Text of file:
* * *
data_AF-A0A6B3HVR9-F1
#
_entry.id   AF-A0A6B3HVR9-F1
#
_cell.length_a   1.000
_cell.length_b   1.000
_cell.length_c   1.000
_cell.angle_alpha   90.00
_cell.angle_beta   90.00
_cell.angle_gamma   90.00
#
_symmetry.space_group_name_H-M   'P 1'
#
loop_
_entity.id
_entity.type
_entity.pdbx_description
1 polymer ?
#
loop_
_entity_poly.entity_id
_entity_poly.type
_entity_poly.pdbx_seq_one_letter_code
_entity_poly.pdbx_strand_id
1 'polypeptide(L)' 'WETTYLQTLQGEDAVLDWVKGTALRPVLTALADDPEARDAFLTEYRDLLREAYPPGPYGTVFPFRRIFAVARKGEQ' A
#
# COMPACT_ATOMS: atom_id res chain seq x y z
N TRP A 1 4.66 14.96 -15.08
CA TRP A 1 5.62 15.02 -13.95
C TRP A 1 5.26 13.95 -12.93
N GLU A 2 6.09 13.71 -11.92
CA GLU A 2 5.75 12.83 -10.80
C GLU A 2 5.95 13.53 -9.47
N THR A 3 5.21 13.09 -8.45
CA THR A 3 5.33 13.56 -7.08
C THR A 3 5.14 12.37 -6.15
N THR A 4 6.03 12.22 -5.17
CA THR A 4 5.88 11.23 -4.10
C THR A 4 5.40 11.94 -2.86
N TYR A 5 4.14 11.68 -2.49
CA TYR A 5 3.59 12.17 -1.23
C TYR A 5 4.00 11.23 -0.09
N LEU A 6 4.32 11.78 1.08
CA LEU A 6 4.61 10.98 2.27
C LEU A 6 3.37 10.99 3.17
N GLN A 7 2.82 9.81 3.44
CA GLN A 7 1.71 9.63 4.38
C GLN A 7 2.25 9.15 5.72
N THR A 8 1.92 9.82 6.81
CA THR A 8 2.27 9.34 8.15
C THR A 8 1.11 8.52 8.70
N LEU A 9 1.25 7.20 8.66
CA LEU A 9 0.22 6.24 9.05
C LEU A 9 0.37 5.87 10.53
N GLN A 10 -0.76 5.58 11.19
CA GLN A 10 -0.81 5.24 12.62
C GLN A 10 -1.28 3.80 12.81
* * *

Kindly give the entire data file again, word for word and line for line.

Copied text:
data_AF-A0A6B3HVR9-F1
#
_entry.id   AF-A0A6B3HVR9-F1
#
_cell.length_a   1.000
_cell.length_b   1.000
_cell.length_c   1.000
_cell.angle_alpha   90.00
_cell.angle_beta   90.00
_cell.angle_gamma   90.00
#
_symmetry.space_group_name_H-M   'P 1'
#
loop_
_entity.id
_entity.type
_entity.pdbx_description
1 polymer ?
#
loop_
_entity_poly.entity_id
_entity_poly.type
_entity_poly.pdbx_seq_one_letter_code
_entity_poly.pdbx_strand_id
1 'polypeptide(L)' 'WETTYLQTLQGEDAVLDWVKGTALRPVLTALADDPEARDAFLTEYRDLLREAYPPGPYGTVFPFRRIFAVARKGEQ' A
#
# COMPACT_ATOMS: atom_id res chain seq x y z
N TRP A 1 4.66 14.96 -15.08
CA TRP A 1 5.62 15.02 -13.95
C TRP A 1 5.26 13.95 -12.93
N GLU A 2 6.09 13.71 -11.92
CA GLU A 2 5.75 12.83 -10.80
C GLU A 2 5.95 13.53 -9.47
N THR A 3 5.21 13.09 -8.45
CA THR A 3 5.33 13.56 -7.08
C THR A 3 5.14 12.37 -6.15
N THR A 4 6.03 12.22 -5.17
CA THR A 4 5.88 11.23 -4.10
C THR A 4 5.40 11.94 -2.86
N TYR A 5 4.14 11.68 -2.49
CA TYR A 5 3.59 12.17 -1.23
C TYR A 5 4.00 11.23 -0.09
N LEU A 6 4.32 11.78 1.08
CA LEU A 6 4.61 10.98 2.27
C LEU A 6 3.37 10.99 3.17
N GLN A 7 2.82 9.81 3.44
CA GLN A 7 1.71 9.63 4.38
C GLN A 7 2.25 9.15 5.72
N THR A 8 1.92 9.82 6.81
CA THR A 8 2.27 9.34 8.15
C THR A 8 1.11 8.52 8.70
N LEU A 9 1.25 7.20 8.66
CA LEU A 9 0.22 6.24 9.05
C LEU A 9 0.37 5.87 10.53
N GLN A 10 -0.76 5.58 11.19
CA GLN A 10 -0.81 5.24 12.62
C GLN A 10 -1.28 3.80 12.81